Nitric oxide for respiratory failure in infants born at or near term

Review question: Is inhaled nitric oxide gas, in addition to standard therapy, beneficial for babies born at full term who have lung disease leading to low levels of oxygen in the blood? Specifically, does it reduce the death rate or the number of babies who require highly invasive ECMO treatment?

Background: Nitric oxide is a naturally occurring molecule that relaxes blood vessels and is active in the lungs when mixed with the gases that a patient is breathing.

Study characteristics: In a search updated to February 2016, review authors identified a total of 17 studies for inclusion in the review. Most of the results reported in this review were obtained from 10 studies of moderate to high quality, which compared inhaled nitric oxide (iNO) versus standard therapy without iNO. Six studies compared iNO started when babies were less sick against waiting to see if they deteriorated, then treating them later. These studies were smaller, and only one was a high-quality trial.

Key results: Inhaled nitric oxide is safe and can help some full-term babies with respiratory failure who have not responded to other methods of support. Inhaled nitric oxide increases levels of oxygen in babies' blood, and babies are more likely to survive without needing ECMO, a highly invasive therapy with many complications. Unfortunately, benefits of iNO are not clear in babies whose respiratory failure is due to a diaphragmatic hernia. Inhaled nitric oxide has shown no short-term or long-term adverse effects. No signs suggest that iNO given earlier is more beneficial or results in more babies treated, and the number who die or who need ECMO is not significantly reduced.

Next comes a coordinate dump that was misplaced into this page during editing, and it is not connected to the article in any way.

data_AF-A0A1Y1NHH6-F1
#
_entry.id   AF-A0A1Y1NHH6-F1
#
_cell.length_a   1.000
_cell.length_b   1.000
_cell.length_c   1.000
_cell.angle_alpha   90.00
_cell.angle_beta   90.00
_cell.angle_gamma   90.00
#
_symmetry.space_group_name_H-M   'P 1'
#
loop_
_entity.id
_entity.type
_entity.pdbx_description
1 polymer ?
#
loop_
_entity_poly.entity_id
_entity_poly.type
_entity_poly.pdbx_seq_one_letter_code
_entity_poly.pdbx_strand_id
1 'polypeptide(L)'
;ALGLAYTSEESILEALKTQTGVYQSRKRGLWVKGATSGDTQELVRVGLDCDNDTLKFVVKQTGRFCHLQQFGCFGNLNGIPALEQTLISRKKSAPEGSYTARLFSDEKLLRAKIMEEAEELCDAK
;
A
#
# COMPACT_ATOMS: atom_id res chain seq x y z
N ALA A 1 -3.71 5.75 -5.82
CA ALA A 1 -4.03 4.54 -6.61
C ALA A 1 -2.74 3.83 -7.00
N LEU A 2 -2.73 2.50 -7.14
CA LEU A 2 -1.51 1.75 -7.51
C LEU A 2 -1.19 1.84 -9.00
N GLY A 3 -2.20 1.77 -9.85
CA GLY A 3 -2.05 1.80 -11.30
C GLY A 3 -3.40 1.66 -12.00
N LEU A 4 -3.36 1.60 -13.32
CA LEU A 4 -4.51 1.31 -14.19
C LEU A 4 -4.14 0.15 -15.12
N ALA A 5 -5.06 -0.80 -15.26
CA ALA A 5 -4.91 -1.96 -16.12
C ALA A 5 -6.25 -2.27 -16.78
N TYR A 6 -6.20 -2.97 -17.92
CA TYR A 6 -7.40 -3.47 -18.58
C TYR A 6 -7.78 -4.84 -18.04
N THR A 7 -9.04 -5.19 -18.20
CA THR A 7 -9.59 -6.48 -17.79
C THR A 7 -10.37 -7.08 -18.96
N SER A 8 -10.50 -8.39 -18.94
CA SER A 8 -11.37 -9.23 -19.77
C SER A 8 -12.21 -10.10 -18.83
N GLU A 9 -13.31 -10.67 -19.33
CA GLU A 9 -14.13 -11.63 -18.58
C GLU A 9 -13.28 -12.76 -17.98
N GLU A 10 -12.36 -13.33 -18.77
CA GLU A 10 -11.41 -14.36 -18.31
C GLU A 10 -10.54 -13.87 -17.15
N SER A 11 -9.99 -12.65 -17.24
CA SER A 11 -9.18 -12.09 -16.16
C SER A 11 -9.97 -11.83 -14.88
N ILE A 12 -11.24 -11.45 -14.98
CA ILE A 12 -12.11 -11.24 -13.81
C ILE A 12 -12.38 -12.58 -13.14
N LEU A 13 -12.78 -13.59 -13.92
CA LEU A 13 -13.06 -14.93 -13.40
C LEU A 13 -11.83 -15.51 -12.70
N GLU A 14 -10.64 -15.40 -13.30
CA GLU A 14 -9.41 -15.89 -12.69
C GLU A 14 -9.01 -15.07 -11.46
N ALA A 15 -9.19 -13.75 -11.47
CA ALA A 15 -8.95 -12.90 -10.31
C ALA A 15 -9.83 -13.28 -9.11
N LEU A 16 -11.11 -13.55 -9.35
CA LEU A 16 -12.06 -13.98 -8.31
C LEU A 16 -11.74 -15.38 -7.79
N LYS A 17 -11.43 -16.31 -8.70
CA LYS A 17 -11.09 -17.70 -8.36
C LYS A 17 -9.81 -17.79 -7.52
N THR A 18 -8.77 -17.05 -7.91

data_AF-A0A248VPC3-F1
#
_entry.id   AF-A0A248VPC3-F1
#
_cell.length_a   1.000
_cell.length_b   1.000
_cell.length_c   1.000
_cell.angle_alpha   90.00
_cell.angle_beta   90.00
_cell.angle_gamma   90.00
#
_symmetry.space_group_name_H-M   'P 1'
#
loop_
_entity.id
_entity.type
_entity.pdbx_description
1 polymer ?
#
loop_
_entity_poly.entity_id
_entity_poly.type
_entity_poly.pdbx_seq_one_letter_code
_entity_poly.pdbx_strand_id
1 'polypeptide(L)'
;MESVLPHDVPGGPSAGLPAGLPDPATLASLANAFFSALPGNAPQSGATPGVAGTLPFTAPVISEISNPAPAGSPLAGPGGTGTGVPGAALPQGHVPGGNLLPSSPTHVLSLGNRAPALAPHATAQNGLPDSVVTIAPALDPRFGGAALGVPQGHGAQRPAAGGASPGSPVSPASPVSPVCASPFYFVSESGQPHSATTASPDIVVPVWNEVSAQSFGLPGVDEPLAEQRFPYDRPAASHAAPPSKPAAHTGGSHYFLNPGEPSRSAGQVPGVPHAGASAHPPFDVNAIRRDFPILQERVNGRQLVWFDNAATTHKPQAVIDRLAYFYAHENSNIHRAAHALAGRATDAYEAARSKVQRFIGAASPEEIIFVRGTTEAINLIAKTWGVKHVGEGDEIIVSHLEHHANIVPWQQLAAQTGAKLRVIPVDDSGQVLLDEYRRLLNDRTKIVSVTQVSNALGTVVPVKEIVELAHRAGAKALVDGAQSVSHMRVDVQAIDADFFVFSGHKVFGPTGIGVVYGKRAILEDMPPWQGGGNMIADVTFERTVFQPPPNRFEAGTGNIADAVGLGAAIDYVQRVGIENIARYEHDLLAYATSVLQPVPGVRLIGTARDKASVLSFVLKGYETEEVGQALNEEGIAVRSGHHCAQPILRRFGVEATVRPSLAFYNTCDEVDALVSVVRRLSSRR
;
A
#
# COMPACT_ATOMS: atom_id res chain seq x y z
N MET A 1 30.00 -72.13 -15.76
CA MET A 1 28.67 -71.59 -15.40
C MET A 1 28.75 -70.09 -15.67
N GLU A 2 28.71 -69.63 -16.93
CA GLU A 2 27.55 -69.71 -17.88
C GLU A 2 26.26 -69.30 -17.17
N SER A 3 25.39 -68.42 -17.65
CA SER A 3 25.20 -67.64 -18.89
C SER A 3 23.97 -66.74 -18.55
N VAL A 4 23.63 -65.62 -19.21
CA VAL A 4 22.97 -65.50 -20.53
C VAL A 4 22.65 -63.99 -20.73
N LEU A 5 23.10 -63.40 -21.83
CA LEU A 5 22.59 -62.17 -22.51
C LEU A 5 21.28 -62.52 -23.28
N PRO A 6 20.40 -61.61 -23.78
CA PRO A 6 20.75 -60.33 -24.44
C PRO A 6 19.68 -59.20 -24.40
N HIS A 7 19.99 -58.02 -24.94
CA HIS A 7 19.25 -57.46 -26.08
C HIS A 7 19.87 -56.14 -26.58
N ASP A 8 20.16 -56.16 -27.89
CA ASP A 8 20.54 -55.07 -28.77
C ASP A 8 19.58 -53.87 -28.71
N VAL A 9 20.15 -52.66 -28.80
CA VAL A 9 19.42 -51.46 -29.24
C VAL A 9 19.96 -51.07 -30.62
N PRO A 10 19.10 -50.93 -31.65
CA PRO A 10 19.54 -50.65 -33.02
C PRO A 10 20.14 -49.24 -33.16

Authors' conclusions: 

Inhaled nitric oxide is effective at an initial concentration of 20 ppm for term and near-term infants with hypoxic respiratory failure who do not have a diaphragmatic hernia.

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Background: 

Nitric oxide (NO) is a major endogenous regulator of vascular tone. Inhaled nitric oxide (iNO) gas has been investigated as treatment for persistent pulmonary hypertension of the newborn.

Objectives: 

To determine whether treatment of hypoxaemic term and near-term newborn infants with iNO improves oxygenation and reduces rate of death and use of extracorporeal membrane oxygenation (ECMO), or affects long-term neurodevelopmental outcomes.

Search strategy: 

We used the standard search strategy of the Cochrane Neonatal Review Group to search the Cochrane Central Register of Controlled Trials (CENTRAL; 2016, Issue 1), MEDLINE via PubMed (1966 to January 2016), Embase (1980 to January 2016) and the Cumulative Index to Nursing and Allied Health Literature (CINAHL; 1982 to January 2016). We searched clinical trials databases, conference proceedings and reference lists of retrieved articles for randomised controlled trials and quasi-randomised trials. We contacted the principal investigators of studies published as abstracts to ascertain the necessary information.

Selection criteria: 

Randomised studies of iNO in term and near-term infants with hypoxic respiratory failure, with clinically relevant outcomes, including death, use of ECMO and oxygenation.